Tuesday, September 11, 2012

Atlanta, Georgia

Even though I was born and raised in Southern California, and that I now live in ČR, I still consider Atlanta home.  Back in 1996, right before the Centennial Olympic Games, I went to Atlanta for a two-week vacation and never left.  I stayed there for 13 years before moving to Euroland.  

Atlanta is the capital and largest city in Georgia.  Georgia was the 4th of the original 13 colonies.  The metro Atlanta is the 9th most populated in the USA, with around 5.4 million people.  Over 5 million people - that's more than than half the population of ČR and more than the entire population of Slovakia.  Atlanta is also the unofficial capital of the South.

The Peach State
Before European settlers arrived in north Georgia, the area was inhabited by Creek and Cherokee Indians.  Atlanta was founded in 1847.  It was originally called Terminus because it was at the intersection of two railroad lines.  It was later renamed Marthasville in honor of the daughter of a former governor.

During the Civil War, Georgia fought for the Confederacy.  In 1864, the Union Army, under the command of General Sherman, laid a 4-month siege of the city known as the Battle of Atlanta.  After Atlanta surrendered, Sherman ordered the civilian population to evacuate and then burned the city to the ground.  Only churches and hospitals were spared.

The city rose from the ashes in a big way.  Today, the Atlanta economy is diverse and is the 6th largest in the country, as well as, the 15th largest in the world.

If you're not used to Atlanta then getting around can be interesting.  Peachtree Street is the city's main street.  People joke that half of the streets are named "Peachtree something or other".  There are 71 streets in Atlanta that have "Peachtree" in the name including: Peachtree Road, Peachtree Lane, Peachtree Circle, Peachtree Plaza, Peachtree Memorial Drive, North Peachtree Road, Peachtree Dunwoody Road, Peachtree Industrial Boulevard, and the list goes on and on. 

I love Atlanta!  I've always thought that it is a great place to live but never really thought of it as a tourist destination.  Even though it is home to the world's busiest airport. 

For people who have never been to Atlanta there really is a lot to see such as the Georgia Aquarium (the largest in the world), Stone Mountain, the Cyclorama, the Atlanta History Center, World of Coca-Cola, the Fernbank Museum, the Jimmy Carter Presidential Library, the Martin Luther King, Jr. Center, the High Museum of Art, the Fabulous Fox Theater, the Woodruff Arts Center, CNN, the Margaret Mitchell House, Piedmont Park, the Atlanta Botanical Garden, Centennial Olympic Park, Six Flags Over Georgia, Turner Field, Oakland Cemetery, Kennesaw Mountain, and the list goes on and on.  So maybe, it's more of a tourist city then I thought.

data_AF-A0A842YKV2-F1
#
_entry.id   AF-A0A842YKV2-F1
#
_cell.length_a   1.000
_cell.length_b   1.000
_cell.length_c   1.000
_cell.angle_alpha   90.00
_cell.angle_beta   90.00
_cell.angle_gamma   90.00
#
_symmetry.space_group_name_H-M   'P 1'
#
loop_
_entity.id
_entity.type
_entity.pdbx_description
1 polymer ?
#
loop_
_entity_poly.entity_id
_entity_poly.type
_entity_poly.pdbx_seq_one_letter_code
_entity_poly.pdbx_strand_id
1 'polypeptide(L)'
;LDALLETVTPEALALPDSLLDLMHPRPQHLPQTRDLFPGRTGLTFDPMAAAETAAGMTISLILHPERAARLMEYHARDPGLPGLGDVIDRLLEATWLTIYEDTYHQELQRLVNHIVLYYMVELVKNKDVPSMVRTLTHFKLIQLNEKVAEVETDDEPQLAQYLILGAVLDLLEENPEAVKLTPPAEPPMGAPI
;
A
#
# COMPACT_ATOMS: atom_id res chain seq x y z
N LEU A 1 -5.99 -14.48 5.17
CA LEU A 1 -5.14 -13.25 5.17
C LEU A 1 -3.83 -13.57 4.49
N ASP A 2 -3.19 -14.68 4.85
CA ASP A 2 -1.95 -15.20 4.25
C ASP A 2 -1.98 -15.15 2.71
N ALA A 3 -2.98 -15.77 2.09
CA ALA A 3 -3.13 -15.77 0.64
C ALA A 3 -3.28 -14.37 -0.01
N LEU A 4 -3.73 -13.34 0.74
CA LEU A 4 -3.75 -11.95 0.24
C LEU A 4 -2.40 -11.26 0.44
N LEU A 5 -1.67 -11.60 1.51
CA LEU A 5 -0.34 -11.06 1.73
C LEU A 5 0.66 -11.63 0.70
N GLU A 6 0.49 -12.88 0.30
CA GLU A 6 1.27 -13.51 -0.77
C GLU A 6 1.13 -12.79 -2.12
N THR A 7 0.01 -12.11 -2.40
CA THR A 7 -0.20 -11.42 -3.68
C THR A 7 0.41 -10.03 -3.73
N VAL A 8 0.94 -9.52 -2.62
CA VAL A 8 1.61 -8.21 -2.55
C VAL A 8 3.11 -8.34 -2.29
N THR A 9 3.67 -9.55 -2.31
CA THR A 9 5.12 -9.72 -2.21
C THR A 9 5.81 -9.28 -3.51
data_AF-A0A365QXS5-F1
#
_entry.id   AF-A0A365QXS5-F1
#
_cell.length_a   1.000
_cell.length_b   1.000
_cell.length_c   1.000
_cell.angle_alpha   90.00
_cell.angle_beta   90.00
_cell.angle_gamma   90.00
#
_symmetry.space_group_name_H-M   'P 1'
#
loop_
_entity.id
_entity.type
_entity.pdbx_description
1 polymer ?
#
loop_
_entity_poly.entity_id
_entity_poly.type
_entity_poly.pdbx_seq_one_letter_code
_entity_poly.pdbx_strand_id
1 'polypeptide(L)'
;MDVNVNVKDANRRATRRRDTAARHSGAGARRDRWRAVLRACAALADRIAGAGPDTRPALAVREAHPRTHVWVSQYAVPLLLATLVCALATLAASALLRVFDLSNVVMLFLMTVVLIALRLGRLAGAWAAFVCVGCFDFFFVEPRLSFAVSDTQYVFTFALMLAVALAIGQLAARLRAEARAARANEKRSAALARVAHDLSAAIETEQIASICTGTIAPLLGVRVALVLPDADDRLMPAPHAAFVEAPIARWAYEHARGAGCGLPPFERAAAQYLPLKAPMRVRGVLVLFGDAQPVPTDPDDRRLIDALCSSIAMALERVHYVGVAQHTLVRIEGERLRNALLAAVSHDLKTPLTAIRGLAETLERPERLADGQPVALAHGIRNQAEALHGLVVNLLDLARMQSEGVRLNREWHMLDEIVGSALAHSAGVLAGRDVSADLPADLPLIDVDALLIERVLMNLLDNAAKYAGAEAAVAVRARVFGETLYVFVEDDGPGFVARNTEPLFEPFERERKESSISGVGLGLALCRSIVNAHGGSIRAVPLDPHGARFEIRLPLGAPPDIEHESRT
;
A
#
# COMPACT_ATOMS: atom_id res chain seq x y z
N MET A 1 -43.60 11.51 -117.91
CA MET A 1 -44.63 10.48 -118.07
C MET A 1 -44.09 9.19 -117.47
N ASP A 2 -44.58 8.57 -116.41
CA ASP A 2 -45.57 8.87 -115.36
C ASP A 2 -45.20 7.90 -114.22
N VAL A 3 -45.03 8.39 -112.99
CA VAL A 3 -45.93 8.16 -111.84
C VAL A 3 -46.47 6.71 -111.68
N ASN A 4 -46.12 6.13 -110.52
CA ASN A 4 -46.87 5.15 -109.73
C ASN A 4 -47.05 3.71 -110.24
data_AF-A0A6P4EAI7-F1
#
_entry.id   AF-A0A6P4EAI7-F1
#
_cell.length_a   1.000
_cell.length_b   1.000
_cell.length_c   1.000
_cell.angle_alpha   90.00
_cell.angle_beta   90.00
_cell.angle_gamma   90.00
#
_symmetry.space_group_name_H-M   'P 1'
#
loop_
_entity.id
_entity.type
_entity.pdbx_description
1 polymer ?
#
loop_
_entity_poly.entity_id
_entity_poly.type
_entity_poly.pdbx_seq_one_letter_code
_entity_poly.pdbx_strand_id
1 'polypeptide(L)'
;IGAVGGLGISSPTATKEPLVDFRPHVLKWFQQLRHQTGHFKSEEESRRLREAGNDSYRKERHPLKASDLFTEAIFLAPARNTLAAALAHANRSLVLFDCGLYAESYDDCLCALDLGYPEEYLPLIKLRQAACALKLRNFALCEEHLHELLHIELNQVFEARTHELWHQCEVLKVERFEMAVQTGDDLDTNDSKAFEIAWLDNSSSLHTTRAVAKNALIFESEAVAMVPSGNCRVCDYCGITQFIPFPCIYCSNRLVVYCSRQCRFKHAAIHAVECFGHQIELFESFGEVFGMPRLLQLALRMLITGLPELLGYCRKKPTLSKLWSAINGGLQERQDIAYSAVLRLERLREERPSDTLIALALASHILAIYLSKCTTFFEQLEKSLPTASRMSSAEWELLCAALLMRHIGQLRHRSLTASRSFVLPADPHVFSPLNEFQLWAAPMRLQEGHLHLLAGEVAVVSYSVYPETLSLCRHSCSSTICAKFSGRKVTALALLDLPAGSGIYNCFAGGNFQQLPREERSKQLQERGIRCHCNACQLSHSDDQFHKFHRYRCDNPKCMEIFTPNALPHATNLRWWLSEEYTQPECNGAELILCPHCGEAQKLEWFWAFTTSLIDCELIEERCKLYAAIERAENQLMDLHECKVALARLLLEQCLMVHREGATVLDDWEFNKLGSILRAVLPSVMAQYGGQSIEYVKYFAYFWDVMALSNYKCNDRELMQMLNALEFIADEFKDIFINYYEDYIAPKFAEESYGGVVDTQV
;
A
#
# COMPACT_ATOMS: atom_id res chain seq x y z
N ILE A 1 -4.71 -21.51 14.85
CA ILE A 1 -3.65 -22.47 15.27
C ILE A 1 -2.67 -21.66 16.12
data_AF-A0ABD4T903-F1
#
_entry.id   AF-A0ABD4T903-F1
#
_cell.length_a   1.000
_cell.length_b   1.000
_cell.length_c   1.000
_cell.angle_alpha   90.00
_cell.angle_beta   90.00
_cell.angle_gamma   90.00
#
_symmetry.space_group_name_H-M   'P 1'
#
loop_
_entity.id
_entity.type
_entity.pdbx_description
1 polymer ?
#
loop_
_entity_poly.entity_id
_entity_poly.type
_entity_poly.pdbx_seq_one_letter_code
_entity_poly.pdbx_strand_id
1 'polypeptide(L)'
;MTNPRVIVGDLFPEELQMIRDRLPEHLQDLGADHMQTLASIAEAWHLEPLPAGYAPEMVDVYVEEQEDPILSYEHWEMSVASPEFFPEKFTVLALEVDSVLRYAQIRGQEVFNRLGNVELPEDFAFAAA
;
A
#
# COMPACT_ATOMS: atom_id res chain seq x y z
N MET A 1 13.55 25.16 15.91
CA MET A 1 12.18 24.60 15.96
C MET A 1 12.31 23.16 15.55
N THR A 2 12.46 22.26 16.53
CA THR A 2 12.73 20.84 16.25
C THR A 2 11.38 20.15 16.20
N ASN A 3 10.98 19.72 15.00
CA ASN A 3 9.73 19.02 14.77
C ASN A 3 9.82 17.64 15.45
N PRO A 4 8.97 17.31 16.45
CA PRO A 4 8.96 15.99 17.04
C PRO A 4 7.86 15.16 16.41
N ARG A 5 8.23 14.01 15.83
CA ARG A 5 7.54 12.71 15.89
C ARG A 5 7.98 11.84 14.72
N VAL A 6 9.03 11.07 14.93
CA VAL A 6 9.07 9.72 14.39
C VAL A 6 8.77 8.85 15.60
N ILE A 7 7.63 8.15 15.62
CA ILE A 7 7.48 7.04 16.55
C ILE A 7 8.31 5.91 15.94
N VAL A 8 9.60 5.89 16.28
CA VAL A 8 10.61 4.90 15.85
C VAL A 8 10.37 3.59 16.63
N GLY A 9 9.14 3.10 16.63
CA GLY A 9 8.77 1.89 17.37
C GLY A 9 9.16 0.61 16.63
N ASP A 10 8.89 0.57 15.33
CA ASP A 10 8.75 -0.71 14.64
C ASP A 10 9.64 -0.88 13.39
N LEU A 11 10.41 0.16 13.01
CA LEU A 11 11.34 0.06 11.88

Steven is trying to be the perfect host and tour guide like he was when Claudia and Norbert visited Atlanta earlier this year.  The difference being that I don't need to go visit the Governor's Mansion or check out Phipps Plaza.  I'm all about just relaxing and hanging out with my best friend.  So far we've took a tour of the Oakland Cemetery which I had never done before and we've got a bit of shopping planned for later.  The only thing that I absolutely have to do is visit Georgia State University to pick up a notarized copy of my transcripts and then take them to the courthouse for an apostille in order to renew my Czech work permit next year.

Here's a short video I found out on YouTube that talks about a few of the Atlanta highlights.


  1. In the article, when you're mentioning the Battle of Atlanta, I think the year is not correct. The American Civil War lasted from 1861 to 1865, so how come the Battle was in 1848?


  2. Hi Šarka,

    Thanks for catching my typo. You're right, the Battle of Atlanta was in 1864. I've fixed it. Thanks again.